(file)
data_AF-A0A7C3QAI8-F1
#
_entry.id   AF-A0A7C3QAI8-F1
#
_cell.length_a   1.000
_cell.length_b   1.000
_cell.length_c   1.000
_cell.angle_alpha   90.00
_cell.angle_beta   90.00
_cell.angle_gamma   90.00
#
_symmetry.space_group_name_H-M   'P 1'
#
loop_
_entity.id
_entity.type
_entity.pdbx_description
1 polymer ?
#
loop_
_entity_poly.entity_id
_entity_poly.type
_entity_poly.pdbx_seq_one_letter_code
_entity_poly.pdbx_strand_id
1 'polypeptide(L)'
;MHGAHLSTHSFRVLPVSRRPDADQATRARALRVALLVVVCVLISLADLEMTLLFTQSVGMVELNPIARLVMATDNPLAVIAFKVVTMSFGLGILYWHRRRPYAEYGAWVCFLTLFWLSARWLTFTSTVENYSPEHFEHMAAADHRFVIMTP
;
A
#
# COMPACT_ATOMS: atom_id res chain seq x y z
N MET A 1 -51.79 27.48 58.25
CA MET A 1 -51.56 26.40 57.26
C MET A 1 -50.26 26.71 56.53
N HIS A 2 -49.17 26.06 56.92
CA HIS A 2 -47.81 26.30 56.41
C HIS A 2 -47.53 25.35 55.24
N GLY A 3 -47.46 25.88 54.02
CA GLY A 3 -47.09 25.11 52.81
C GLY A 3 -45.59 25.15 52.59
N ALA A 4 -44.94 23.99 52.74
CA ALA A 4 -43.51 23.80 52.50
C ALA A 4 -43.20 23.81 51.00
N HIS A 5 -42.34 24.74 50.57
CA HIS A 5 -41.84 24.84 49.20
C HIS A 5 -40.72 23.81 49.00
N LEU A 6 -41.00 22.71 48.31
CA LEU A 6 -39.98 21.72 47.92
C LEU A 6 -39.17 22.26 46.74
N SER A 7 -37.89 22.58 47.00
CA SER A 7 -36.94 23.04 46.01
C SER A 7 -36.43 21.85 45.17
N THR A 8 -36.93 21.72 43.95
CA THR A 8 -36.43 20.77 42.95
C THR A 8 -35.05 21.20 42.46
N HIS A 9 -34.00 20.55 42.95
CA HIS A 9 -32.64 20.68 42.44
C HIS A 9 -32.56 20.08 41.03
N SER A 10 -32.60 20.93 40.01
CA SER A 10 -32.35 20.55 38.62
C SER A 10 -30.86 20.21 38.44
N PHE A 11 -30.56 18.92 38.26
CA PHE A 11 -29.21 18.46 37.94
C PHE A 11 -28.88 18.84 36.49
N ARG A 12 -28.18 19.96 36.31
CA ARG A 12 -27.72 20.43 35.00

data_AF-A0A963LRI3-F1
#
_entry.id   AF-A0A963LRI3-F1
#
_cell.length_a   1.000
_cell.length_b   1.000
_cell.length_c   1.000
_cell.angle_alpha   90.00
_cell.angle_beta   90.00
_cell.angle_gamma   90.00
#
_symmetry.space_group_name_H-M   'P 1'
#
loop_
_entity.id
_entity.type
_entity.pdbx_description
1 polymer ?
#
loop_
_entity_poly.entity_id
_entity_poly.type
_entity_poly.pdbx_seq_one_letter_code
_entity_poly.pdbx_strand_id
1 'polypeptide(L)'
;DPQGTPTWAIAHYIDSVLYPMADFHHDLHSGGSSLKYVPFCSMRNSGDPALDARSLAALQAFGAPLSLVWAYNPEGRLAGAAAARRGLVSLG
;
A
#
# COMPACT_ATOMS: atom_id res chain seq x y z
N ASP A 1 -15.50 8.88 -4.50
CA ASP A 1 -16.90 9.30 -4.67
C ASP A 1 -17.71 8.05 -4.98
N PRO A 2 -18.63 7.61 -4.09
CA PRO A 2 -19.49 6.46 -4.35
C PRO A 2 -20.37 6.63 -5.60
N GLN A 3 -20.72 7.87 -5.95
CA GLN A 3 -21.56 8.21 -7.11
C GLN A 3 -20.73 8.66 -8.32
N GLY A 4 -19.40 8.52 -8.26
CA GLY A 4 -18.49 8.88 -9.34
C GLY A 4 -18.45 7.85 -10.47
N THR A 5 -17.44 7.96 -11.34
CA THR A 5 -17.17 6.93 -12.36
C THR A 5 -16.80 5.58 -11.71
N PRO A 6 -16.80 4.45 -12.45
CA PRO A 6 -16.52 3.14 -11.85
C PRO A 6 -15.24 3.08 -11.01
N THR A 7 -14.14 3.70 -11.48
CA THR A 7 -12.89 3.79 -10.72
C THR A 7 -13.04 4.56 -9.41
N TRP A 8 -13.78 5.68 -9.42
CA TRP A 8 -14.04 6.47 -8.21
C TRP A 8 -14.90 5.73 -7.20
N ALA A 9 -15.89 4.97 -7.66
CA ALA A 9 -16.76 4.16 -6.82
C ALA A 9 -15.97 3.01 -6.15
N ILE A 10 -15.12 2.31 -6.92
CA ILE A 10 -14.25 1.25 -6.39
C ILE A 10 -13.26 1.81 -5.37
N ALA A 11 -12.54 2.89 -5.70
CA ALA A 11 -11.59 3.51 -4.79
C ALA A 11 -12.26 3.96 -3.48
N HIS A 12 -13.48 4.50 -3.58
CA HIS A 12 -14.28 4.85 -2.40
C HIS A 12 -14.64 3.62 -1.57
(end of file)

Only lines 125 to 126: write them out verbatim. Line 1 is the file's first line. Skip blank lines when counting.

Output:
C ILE A 10 -13.26 1.81 -5.37
N ALA A 11 -12.54 2.89 -5.70